More homeowners join ﬁght against Carbondale waste facility
October 27, 2012
CARBONDALE – A third group of homeowners has joined the fight against a proposed solid-waste transfer station and recycling facility along Catherine Store Road (County Road 100) east of Carbondale, according to a member of the group.
And the opposition is spending money to get its point across to the Garfield County commissioners, who are scheduled to review the application for the transfer station on Nov. 19 in Glenwood Springs.
The Blue Creek Ranch Home Owners Association on Thursday voted unanimously to join forces with homeowners in the Mayfly Bend and Roaring Fork Preserve subdivisions to defeat a proposal from Mountain Rolloffs, Inc., according to Scott Bayens, a homeowner at Blue Creek.
As part of the Blue Creek Ranch effort, according to Bayens, the association has pledged to contribute $3,500 toward a study to determine the effects on local property values, should the transfer station be approved and start operating.
“We feel pretty strongly that this independent study will prove what we suspect,” Bayens said, “which is that there would be a significant hit on property values.”
Mitch Knutson, president of the Roaring Fork Preserve Homeowners Association, said the total cost of the study is approximately $20,000.
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“Everybody is involved in it, all the (homeowners associations),” he said.
All three subdivisions are along Catherine Store Road between the proposed transfer site and the junction with State Highway 82.
Although the company’s plans originally called for access routes along Catherine Store Road, as well as through Carbondale, the current plan is for the company’s trucks to exclusively use Catherine Store Road and Highway 82.
Mountain Rolloffs, a regional waste hauler, has been trying for more than a year to win permission from Garfield County to use the old Mid-Continent loadout building as a transfer station and recycling processing plant, for trash collected in the middle part of the Roaring Fork Valley.
The 35-acre site is owned by a group of local investors known as IRMW II LLC. It has been used for a range of light industrial purposes since the Mid-Continent coal mines closed in the early 1990s.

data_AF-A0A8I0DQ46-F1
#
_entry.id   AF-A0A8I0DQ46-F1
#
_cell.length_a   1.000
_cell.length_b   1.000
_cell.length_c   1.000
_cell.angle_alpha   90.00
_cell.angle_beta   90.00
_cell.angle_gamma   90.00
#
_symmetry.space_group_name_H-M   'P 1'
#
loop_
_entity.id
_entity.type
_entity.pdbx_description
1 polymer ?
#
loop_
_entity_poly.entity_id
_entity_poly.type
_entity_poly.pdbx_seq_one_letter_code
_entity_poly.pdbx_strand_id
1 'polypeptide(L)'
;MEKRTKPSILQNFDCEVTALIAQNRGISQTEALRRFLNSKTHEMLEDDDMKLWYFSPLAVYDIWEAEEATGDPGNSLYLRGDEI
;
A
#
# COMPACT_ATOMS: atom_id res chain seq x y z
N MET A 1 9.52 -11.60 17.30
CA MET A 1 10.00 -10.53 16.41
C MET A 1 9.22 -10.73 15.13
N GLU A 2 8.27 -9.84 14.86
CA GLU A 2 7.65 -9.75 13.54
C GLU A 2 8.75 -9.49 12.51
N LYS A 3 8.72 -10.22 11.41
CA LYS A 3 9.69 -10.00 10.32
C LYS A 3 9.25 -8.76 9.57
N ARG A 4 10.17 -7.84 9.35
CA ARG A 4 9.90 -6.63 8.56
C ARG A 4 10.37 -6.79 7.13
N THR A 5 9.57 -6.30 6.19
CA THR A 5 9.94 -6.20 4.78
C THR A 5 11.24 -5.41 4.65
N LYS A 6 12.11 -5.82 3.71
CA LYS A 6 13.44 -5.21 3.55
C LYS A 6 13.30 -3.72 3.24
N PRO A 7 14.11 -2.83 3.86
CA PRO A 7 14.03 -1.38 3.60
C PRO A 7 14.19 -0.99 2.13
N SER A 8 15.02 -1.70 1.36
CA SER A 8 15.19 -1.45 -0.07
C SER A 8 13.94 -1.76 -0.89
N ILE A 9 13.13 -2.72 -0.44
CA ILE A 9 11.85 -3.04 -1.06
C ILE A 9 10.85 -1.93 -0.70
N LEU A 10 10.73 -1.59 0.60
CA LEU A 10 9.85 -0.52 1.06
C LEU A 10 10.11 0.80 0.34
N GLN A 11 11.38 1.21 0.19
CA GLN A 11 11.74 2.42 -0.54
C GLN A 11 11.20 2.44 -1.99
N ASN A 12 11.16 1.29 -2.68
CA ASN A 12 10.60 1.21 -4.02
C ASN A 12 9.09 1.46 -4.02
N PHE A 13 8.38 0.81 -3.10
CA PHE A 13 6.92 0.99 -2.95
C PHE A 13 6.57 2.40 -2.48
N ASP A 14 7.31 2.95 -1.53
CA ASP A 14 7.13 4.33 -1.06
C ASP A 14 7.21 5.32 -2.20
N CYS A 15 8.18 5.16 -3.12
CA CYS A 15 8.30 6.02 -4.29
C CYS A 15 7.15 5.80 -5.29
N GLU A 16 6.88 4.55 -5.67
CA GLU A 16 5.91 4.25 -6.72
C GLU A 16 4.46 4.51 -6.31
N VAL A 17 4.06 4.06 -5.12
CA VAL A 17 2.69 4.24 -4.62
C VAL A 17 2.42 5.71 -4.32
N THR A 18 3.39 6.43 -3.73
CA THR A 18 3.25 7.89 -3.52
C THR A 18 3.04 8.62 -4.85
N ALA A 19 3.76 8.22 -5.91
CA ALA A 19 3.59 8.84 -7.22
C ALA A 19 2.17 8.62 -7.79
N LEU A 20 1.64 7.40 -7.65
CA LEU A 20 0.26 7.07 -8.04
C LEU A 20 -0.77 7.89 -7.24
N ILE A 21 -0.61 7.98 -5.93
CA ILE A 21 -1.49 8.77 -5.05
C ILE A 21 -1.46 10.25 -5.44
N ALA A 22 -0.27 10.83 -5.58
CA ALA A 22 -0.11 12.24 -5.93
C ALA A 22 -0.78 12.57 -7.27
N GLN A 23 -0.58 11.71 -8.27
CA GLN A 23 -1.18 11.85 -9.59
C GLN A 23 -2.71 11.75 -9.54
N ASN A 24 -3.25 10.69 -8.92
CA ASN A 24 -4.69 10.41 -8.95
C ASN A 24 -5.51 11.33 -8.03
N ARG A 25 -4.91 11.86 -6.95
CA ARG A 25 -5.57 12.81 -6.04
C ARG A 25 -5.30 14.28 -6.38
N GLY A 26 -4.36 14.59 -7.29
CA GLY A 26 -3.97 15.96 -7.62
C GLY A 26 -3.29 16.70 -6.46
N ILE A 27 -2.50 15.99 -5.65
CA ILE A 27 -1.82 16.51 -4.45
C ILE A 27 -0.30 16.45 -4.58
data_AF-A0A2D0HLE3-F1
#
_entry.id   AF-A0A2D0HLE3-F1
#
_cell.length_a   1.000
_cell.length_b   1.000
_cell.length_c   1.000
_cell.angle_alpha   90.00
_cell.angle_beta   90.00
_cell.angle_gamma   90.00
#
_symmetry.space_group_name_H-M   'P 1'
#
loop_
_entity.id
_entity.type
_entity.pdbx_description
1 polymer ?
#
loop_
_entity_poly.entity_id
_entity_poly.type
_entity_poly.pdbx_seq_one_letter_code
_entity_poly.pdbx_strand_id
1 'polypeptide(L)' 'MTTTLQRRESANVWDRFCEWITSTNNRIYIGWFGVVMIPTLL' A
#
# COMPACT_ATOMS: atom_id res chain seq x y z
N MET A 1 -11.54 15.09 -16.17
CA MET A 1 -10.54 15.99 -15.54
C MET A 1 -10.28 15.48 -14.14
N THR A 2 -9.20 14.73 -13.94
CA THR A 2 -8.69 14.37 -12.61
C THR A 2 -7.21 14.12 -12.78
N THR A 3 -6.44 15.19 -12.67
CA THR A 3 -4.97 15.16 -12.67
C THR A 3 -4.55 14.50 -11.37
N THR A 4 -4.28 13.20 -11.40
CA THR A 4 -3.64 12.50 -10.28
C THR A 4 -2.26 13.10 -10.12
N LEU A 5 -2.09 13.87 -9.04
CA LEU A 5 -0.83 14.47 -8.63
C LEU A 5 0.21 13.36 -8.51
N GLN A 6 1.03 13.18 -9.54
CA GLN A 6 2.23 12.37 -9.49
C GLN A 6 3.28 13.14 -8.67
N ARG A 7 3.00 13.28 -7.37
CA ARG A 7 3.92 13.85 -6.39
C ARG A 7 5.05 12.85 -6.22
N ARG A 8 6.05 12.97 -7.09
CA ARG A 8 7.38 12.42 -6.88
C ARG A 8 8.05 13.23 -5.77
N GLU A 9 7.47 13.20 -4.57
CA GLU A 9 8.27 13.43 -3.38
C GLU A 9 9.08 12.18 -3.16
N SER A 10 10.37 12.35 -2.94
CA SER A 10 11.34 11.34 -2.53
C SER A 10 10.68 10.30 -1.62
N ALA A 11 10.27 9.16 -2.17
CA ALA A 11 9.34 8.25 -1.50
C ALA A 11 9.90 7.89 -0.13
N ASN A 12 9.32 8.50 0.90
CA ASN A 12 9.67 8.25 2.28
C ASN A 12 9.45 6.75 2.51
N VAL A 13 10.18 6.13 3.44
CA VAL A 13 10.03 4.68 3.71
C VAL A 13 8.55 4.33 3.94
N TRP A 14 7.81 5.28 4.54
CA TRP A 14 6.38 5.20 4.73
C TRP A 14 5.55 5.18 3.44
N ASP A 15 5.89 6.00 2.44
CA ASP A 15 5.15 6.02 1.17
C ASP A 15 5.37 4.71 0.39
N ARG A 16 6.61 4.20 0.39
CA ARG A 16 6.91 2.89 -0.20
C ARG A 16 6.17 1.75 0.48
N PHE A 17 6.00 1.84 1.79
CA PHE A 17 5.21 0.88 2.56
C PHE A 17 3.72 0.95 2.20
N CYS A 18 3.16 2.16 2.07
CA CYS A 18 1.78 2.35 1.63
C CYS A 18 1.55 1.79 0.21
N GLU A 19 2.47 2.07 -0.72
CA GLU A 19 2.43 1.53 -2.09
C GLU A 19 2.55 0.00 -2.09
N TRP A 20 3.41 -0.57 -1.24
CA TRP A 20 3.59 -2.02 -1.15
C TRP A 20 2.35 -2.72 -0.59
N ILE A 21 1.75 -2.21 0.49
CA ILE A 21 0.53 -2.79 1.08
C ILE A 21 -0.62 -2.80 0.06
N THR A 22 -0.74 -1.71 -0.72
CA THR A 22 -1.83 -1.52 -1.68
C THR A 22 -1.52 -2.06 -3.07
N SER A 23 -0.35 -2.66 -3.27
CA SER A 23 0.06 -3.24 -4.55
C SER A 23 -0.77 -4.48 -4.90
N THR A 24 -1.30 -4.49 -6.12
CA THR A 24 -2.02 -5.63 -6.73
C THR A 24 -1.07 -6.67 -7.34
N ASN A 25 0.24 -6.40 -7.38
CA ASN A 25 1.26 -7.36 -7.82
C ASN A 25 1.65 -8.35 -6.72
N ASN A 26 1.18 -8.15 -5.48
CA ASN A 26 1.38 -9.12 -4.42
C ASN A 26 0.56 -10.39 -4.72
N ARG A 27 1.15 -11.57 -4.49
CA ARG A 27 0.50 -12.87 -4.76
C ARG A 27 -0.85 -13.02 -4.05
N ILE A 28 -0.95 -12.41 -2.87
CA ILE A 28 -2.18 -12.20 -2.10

Based in Silt, MRI described itself in its land-use development application as “the only full-service, locally owned and operated waste hauler and recycler headquartered in Garfield County.”
MRI general manager Don Van Devander told the commissioners in September that the transfer facility would take solid waste from trash collection trucks.
After sorting out items that cannot be put in landfills, such as batteries and tires, handlers will load the trash onto larger semi-trucks to be taken to area landfills.
Between three and five semi truck trips per day to and from the facility are anticipated to start, and up to 10 as the operation grows.
Trash will not be kept on the site for more than 24 hours, Van Devander said.
“This is not a landfill or dump, and it can’t be turned into one,” he told the commissioners.
Recyclable material and construction waste, including concrete, wood and steel, will also be collected and sorted on site, then bundled and hauled away.
The county commissioners in 2011 declined to modify the county’s “use by right” regulations to include MRI’s type of facility, which would have allowed the company to move forward without going through the normal land-use review process, including public hearings.
After a hearing in September, the commissioners put the application on hold until mid-November, in part to give time for a reviews of the application by the Colorado Department of Public Health and Environment.
In addition, the county and MRI were to evaluate whether a haul route along Catherine Store Road, including the existing bridge over the Roaring Fork River, would be adequate and feasible.